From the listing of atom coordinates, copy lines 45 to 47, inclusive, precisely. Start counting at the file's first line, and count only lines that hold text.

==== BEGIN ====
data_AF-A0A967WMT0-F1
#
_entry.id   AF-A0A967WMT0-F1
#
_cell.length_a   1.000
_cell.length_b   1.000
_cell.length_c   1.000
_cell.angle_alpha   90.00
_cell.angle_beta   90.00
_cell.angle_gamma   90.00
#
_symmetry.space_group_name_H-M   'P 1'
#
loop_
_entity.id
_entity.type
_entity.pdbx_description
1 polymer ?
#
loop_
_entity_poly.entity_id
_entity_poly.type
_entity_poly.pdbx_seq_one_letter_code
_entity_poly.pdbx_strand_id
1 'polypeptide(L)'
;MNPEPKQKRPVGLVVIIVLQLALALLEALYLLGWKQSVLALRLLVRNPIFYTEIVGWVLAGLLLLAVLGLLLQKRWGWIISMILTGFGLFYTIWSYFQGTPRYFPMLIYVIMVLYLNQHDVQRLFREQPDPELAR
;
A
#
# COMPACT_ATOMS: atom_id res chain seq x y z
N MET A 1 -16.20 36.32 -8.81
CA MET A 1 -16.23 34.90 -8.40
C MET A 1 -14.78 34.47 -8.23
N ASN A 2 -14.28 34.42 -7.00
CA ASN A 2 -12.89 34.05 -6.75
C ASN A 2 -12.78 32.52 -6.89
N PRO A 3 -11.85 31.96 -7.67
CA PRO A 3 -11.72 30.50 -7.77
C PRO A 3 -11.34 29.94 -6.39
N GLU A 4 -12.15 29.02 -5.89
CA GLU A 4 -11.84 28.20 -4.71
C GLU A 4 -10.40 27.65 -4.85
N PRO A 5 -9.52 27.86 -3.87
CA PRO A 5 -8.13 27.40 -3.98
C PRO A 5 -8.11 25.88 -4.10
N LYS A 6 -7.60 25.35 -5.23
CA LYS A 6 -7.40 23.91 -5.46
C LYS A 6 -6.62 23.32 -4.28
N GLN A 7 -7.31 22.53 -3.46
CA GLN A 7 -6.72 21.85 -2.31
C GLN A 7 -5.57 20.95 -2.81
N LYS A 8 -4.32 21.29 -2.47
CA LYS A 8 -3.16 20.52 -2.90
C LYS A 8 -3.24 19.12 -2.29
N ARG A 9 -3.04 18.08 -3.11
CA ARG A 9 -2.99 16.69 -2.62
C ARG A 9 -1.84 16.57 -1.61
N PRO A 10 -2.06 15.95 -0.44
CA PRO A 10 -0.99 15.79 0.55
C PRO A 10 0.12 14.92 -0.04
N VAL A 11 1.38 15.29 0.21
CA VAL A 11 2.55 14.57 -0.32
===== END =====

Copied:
C PRO A 5 -8.11 25.88 -4.10
N LYS A 6 -7.60 25.35 -5.23
CA LYS A 6 -7.40 23.91 -5.46